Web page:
The silver screen

MANNY, Ellie, Diego and Sid are hauled out of the deep freeze for another shaggy mammoth tale in Ice Age 4: Continental Drift (PG).

The prehistoric quartet sail on an iceberg when their continent starts to melt.

The kids can expect a none-too-subtle, eco-friendly message with their popcorn. Denis Leary, Queen Latifah, John Leguizamo and Ray Romano provide the celebrity voices. Jun 29.

Andrew Garfield stars as Peter Parker in a much-anticipated reboot of the Spider-Man character in The Amazing Spider-Man (12A). The franchise is back to its roots, following Peter through high school as he woos his sweetheart Gwen Stacy (Emma Stone) and unpicks a tangled web in search of his parents, who disappeared when he was a boy. Martin Sheen, Denis Leary and Sally Field co-star, with Rhys Ifans as arch-villain Dr Curt Connors, aka The Lizard.

The aptly-named Marc Webb directs. Jul 3.

One aimed more at teenage girls than boys is Katy Perry: Part of Me (PG), which combines live onstage performances from the superstar pop idol with behind-the-scenes footage. It may not be a warts-’n’-all documentary, but snippets suggest the singer is refreshingly candid about her life and the pressures of performing, a consequence of which was her split from her husband, comedian Russell Brand, while the film was shooting. Jul 5.

One of the most anticipated films of the year is The Dark Knight Rises (12A), a superhero tale that has benefited hugely from director Christopher Nolan’s re-imagining of Gotham’s dark knight.

The third in Nolan’s Batman canon, Bruce Wayne/Batman (Christian Bale) returns to face down the terrorist threat posed by Bane (Tom Hardy), despite his reputation being tarnished in the previous outing, The Dark Knight (2008). A superb supporting cast includes Liam Neeson, Gary Oldman, Aidan Gillen, Marion Cotillard, Morgan Freeman, Michael Caine and Juno Temple. The casting of Anne Hathaway as Selina Kyle, aka Catwoman, has caused much fur to fly. Jul 20.

The idiosyncratic stories of Dr Seuss have translated well to the big screen — (Horton Hears a Hoo (2008) and The Cat in the Hat (2003) being two of the better examples — and Dr Seuss’ The Lorax (PG) should be equally inventive. A 12-year-old boy called Ted (voiced by Zac Efron) lives in a world where everything is artificial, but vows to find a real tree for his dream girl, Audrey (Taylor Swift).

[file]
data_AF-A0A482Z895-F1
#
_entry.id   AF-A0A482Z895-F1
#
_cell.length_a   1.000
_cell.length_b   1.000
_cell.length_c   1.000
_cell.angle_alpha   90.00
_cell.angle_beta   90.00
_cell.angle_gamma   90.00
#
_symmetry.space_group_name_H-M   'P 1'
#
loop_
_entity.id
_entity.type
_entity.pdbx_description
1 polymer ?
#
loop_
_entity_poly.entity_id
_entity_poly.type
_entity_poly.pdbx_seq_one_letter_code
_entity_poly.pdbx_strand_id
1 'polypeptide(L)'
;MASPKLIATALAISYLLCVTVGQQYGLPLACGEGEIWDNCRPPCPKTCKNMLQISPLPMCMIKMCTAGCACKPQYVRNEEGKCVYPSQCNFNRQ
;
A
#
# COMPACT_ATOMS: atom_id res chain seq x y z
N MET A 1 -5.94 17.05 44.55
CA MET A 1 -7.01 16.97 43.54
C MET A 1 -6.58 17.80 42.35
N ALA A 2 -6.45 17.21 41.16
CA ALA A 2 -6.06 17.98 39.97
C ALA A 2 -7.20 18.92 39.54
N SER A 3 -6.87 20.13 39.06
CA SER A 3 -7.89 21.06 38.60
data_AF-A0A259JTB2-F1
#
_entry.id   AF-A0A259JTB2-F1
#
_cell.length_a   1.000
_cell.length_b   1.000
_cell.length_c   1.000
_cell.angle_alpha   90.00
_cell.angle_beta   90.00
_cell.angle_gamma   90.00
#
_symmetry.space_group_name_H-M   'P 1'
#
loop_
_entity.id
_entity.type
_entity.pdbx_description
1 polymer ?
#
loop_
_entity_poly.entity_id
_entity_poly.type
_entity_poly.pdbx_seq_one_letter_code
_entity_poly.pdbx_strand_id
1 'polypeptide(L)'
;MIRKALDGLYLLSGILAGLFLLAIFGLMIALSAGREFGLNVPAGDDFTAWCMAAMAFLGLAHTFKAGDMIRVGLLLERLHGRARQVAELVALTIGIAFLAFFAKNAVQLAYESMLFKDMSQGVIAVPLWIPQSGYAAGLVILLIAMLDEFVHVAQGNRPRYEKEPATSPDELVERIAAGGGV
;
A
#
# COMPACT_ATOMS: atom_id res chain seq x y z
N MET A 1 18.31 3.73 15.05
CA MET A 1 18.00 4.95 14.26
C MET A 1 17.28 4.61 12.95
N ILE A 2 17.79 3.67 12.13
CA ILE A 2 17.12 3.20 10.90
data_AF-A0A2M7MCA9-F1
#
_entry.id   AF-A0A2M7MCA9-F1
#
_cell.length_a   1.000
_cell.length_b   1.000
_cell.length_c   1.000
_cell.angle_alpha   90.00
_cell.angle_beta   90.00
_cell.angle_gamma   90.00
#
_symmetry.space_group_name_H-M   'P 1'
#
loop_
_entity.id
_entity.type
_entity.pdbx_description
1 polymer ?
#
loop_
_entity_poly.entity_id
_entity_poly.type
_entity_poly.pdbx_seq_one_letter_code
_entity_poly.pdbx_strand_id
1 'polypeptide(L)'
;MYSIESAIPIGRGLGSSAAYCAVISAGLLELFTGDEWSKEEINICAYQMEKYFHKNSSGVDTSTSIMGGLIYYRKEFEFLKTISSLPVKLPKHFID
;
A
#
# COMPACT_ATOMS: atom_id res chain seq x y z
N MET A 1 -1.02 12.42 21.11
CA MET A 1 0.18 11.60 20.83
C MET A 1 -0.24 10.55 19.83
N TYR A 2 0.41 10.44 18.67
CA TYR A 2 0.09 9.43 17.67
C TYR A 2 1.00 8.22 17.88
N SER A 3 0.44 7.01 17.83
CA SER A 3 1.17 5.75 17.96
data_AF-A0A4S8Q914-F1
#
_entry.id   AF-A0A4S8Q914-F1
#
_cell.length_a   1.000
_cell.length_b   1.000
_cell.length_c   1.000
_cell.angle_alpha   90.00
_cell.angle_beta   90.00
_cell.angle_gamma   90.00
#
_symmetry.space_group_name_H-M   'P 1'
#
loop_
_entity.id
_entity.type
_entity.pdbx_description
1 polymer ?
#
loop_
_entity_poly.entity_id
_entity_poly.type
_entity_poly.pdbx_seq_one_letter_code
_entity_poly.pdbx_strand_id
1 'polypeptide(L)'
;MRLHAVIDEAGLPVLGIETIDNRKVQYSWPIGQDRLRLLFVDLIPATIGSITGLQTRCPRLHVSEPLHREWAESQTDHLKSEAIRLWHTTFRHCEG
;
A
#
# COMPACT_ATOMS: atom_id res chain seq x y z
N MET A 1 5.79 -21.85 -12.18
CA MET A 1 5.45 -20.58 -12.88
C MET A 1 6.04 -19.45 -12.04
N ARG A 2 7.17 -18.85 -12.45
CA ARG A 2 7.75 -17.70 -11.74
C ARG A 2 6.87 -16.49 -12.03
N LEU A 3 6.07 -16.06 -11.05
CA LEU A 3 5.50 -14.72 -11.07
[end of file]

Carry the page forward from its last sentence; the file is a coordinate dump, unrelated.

Can the Lorax (Danny DeVito) help? Themes of environmental abuse and greed underpin a beautifully realised tale, with early reviews suggesting parallels with Wall-E (2009). Jul 27. The third outing for Greg Heffley, aka the Wimpy Kid, is Diary of a Wimpy Kid: Dog Days (PG). Greg contemplates the waste of a summer holiday in which all of his plans go awry. The brainchild of the mega-bestselling author Jeff Kinney, the Wimpy Kid stories blend live action and animation and appeal to a young audience.

Zachary Gordon returns as Greg, Devon Bostick co-stars as his nemesis and boorish older brother, Rodrick, while Steve Zahn and Rachael Harris are Greg’s long-suffering parents. Aug 3.

It’s not the only movie of the summer to be enjoying its fourth in a series, but if any film is likely to suffer the law of ever-diminishing returns it’s Step Up 4: Revolution (12A), in which our heroine, Emily (Kathryn McCormick), travels to Florida to pursue her dream of becoming a professional dancer.

There, she meets hunky dance crew leader Sean (Ryan Guzman), whose community is being destroyed by a rapacious developer.

Can the pair dance their way to a revolution? If previous outings are any guide, the silliness of Step Up 4’s plot will be more than compensated for by the verve and inventiveness of the dance routines. Aug 10.

If Pixar had made Braveheart, it might well have looked like this. Brave (PG) features Princess Merida (voiced by Kelly Macdonald), a flame-haired Scottish princess who defies convention and brings chaos upon her clan. But fate has reckoned without the courage of the feisty Merida, and her ability with a bow is not to be ignored, either. The usual, dazzling animation from Pixar is complemented with a superb supporting cast of voice talent, a good deal of it authentically Scottish, including Billy Connolly and Robbie Coltrane, and English actresses Emma Thompson and Julie Walters. Aug 17.

Stop-motion animation can be hit-or-miss, but the idea behind Paranorman (PG) (aka ParaNorman) is winning. Norman (voiced by Kodi Smit-McPhee) is just an average, misunderstood small-town kid, except that he speaks with the dead and battles with ghosts and zombies to save his town from an age-old curse. Directed by Chris Butler (who worked on Coraline (2009) and Corpse Bride (2005), and Sam Fell, who directed Flushed Away (2006), Paranorman promises to be an adventure-packed gothic-flavoured tale.

John Goodman, Casey Affleck and Anna Kendrick provide support. Sept 14.

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